Weekend brunch specials will include Anda Bhurji (scrambled eggs with vegetables) or Anda Keema Bhurji  (minced chicken and scrambled egg), served with hardboiled egg, home fries and choice of Mimosa or Bloody Mary.

The restaurant is the creation of restaurateur Asad Sheikh, a Bombay native.  He opened three Curry Mantras, London Curry House and 1947 in Northern Virginia before selling out and moving on to the Bombay in DC.

The restaurant seats 75 diners – indoors and out.  Hours:  Lunch – 11:30am-2:30pm, Monday through Friday; 11:30am-3:00pm, Saturday and Sunday.  Dinner – 4:30pm-10:00pm, Monday through Thursday, and 4:30pm-10:30pm, Friday and Saturday.

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Hill East Intersection Emerges as Nuisance Hotspot: 15th & Independence Ave & A Street, SE

From left:  ANC6B Commissioner Chander Jayaraman, MPD 1st District Officials Capt. Michael Pulliam and Lt. Daniel Dyn.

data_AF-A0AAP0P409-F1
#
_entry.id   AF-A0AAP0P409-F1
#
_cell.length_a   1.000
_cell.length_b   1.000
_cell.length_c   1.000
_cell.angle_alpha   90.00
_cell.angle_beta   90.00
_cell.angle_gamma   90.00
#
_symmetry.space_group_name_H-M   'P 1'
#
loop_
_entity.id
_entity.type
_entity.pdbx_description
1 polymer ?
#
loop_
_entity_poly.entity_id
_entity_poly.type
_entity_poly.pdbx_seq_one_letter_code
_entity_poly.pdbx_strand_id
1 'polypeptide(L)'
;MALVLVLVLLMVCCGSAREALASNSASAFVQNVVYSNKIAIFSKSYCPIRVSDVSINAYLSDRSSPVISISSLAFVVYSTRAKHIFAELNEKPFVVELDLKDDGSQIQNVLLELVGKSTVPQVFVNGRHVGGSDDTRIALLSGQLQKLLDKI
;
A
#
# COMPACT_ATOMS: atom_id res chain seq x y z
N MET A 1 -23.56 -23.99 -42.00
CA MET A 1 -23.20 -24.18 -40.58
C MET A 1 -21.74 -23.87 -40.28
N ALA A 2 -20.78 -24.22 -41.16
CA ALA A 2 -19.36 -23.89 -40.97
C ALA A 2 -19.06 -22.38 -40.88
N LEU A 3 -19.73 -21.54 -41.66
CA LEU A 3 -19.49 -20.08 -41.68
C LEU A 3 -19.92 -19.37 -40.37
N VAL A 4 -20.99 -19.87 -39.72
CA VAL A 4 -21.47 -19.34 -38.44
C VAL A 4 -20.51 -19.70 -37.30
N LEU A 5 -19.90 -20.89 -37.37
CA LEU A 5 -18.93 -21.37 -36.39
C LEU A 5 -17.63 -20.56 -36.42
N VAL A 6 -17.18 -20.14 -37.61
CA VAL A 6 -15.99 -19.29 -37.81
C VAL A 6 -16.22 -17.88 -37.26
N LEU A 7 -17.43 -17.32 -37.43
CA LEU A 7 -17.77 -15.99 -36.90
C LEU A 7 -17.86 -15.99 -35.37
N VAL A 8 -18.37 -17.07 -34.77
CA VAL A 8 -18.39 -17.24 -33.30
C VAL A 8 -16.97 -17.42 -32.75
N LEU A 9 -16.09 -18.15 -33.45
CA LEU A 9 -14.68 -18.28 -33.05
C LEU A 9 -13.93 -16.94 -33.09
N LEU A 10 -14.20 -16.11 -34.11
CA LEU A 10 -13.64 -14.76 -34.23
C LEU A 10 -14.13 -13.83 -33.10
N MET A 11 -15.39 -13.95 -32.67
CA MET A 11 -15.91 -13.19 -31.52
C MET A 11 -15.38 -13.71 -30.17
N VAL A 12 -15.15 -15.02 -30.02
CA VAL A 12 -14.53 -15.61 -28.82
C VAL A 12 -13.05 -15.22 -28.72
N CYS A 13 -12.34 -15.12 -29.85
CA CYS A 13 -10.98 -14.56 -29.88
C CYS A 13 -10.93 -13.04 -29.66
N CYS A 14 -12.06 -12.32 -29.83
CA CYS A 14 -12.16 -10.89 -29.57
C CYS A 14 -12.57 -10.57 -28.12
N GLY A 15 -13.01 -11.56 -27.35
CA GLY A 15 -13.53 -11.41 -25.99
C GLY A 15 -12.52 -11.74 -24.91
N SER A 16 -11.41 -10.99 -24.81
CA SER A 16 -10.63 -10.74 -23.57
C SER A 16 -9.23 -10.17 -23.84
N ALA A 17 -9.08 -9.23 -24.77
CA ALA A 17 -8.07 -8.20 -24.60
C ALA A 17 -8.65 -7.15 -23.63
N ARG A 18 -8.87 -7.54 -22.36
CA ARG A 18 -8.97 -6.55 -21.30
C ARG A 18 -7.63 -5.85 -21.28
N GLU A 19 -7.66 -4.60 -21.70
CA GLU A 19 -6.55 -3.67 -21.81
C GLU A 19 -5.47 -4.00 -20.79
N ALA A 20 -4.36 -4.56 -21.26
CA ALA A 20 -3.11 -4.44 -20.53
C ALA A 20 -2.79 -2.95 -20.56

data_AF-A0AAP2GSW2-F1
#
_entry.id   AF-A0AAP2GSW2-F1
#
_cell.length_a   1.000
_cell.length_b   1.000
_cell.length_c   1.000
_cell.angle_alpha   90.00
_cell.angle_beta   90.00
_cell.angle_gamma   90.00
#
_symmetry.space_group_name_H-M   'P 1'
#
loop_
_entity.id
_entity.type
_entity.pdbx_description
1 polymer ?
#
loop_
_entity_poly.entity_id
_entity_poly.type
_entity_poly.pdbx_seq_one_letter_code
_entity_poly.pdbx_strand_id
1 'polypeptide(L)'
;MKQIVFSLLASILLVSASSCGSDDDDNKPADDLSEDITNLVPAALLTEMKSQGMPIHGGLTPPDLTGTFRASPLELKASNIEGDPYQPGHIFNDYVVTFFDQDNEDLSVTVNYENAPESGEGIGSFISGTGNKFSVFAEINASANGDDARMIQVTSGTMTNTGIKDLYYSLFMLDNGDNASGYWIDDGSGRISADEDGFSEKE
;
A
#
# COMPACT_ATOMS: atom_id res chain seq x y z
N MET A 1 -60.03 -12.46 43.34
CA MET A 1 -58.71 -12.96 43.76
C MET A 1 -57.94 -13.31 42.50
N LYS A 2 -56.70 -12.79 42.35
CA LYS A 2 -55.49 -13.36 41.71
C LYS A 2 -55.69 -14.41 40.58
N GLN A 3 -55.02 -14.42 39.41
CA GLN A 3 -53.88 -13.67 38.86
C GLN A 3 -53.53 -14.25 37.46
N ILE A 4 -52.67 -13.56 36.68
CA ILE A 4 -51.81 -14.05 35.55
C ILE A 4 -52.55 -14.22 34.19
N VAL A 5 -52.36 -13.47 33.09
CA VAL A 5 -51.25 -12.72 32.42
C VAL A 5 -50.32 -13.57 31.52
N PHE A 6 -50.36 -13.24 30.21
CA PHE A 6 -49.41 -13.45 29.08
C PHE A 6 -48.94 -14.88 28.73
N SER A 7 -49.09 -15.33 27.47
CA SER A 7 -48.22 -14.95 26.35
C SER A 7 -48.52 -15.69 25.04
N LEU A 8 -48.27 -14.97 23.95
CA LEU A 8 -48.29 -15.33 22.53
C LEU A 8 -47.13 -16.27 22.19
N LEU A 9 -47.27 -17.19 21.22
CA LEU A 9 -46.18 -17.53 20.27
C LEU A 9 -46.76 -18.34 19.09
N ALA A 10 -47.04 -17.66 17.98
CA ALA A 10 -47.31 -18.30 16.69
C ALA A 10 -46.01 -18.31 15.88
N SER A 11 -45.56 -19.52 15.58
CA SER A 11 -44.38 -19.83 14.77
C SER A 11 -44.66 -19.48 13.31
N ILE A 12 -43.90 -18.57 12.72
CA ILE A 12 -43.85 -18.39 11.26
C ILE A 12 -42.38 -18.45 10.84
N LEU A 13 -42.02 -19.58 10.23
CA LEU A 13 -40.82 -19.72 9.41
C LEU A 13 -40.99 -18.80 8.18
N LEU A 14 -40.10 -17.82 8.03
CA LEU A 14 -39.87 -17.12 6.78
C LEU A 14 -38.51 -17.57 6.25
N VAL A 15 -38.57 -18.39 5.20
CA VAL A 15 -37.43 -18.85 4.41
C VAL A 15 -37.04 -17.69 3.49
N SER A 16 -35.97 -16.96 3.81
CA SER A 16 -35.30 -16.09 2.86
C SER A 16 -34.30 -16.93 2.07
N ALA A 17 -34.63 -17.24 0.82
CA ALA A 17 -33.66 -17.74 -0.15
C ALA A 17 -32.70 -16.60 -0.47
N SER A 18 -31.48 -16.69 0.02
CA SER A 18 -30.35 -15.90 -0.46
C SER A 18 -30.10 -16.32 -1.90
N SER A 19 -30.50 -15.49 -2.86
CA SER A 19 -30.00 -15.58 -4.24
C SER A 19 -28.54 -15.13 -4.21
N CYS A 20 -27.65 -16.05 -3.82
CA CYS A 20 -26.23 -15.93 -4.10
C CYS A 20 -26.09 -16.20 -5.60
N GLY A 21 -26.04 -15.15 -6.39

More than 30 neighbors turned out to talk about issues at the intersection.

Hill East Intersection Emerges as Nuisance Hotspot: 15th & Independence Ave & A Street, SE

By Larry Janezich

ANC6B Commissioner Chander Jayaraman hosted a community meeting Monday night in the Community Action Group building on 15th Street, to give nearby residents a forum to discuss quality of life issues and more serious crimes which they say have gotten noticeably worse in the past six months.  The list of concerns is long: drug dealing and use, gambling, littering, public drinking, late night block parties by non-residents, loud music from parked cars, abandoned vehicles, and thefts and robberies at the 7-11.

Neighbors say the situation has gotten out of control, alleging sale and use of heroin.  Confronting transgressors, they say, invites curses and threats.  Also, cars coming in from Maryland and Virginia carry occupants who contribute to the problem.  One neighbor said it’s “absurd” there are no police techniques to address the problems.  Another said he feels more fearful now in the neighborhood than he did 20 years ago.